Beverly Berger, Oakland University

berger@vela.oakland.edu

For the second year, the Topical Group in Gravitation (GTG) has had a significant presence at this meeting, which took place in Washington, DC, April 18-21, with sponsorship of three invited sessions (two jointly with other groups), two focus (special topics) sessions, and two contributed sessions. The annual GTG business meeting was also held. For those of you who were unable to attend but wish more information than can be found in the summary given below, the abstracts of most of the contributed and invited talks can be found at http://www.aps.org/BAPSAPR97/.

The GTG co-sponsored with the Division of Particles and Fields an invited
session ``Frontiers of Theoretical Physics.'' Bob Wald spoke on cosmic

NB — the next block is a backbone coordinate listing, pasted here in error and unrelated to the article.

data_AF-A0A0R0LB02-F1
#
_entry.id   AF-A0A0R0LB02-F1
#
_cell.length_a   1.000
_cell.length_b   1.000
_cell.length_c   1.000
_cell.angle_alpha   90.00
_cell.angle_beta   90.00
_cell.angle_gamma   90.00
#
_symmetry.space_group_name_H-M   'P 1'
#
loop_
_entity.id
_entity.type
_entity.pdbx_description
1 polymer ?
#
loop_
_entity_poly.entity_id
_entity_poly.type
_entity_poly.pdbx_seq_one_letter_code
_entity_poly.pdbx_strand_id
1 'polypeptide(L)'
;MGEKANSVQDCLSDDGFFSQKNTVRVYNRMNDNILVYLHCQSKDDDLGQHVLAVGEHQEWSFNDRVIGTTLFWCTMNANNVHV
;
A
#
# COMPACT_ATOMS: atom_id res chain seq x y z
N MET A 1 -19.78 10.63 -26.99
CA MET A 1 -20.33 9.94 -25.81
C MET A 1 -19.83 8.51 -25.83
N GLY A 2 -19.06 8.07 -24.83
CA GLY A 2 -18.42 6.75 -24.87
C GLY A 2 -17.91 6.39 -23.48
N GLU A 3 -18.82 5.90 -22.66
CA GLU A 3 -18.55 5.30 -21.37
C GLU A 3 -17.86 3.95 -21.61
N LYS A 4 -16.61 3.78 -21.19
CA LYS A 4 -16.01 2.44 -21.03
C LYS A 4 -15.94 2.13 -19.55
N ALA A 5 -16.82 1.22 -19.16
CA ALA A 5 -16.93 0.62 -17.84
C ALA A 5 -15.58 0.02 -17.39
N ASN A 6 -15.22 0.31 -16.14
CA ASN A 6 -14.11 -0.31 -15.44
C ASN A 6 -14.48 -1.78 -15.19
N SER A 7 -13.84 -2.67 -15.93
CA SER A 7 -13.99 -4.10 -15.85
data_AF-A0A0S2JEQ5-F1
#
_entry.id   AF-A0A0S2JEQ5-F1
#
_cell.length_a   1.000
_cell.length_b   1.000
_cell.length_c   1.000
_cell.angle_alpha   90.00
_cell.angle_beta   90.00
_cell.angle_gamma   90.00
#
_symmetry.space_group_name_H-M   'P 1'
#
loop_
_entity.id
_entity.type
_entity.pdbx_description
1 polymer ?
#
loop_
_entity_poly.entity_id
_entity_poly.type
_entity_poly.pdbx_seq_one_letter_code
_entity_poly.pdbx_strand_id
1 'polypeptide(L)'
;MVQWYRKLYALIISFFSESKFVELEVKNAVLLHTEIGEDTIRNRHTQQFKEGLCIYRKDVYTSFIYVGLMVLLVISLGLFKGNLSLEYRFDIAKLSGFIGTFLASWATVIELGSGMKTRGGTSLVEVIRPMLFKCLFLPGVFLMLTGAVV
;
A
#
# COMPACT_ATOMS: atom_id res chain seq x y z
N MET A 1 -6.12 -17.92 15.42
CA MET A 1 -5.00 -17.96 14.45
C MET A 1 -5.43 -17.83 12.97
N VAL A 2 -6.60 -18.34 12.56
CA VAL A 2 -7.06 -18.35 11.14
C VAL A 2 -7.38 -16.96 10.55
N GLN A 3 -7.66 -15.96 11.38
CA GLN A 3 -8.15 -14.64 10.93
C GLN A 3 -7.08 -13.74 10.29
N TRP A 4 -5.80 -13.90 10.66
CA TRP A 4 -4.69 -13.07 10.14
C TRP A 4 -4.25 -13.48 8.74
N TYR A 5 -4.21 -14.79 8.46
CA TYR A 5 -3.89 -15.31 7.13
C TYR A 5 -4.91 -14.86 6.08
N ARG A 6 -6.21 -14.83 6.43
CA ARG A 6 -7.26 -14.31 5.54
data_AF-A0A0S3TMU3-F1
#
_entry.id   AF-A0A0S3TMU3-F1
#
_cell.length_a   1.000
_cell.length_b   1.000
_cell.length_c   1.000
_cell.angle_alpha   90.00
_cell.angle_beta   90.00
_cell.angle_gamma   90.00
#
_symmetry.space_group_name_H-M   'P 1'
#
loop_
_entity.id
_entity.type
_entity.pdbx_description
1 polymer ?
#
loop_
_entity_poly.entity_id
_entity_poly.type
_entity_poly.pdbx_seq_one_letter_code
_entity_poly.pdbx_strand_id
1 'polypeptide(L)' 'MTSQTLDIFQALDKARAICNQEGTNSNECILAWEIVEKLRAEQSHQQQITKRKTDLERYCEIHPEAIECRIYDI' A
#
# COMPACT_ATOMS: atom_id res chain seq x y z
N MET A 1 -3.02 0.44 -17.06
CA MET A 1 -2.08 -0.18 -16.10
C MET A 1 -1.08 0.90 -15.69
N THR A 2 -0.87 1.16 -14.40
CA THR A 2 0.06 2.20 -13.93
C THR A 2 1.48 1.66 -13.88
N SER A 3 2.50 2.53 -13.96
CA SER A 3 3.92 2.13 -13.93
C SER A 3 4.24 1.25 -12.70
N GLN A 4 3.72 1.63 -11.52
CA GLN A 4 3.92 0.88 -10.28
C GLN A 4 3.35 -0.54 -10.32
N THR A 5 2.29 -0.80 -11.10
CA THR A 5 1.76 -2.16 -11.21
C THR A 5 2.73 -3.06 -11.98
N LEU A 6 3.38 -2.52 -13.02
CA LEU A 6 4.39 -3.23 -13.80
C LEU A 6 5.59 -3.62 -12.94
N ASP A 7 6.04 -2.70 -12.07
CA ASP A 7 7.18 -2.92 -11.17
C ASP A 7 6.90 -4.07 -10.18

censorship. While this topic is normally of interest only to gravitational
theorists, you may recall that Kip Thorne's bet with Steven Hawking on this
subject made the front page of * The New York Times*. Wald
was able to capitalize on this excitement to present an excellent review of the
meaning of (primarily weak) cosmic censorship that and whether known
counter-examples of naked singularities (including the Choptuik solution) were
generic. Again fortuitously, Abhay Ashtekar was able to report on very recent
results in which geometrical operators in non-perturbative gravity could be
used to compute the quantum states of a black hole. This approach could then
immediately be compared with Juan Maldacena's discussion of the microscopic
calculation of black hole entropy in string theory using duality and D-branes.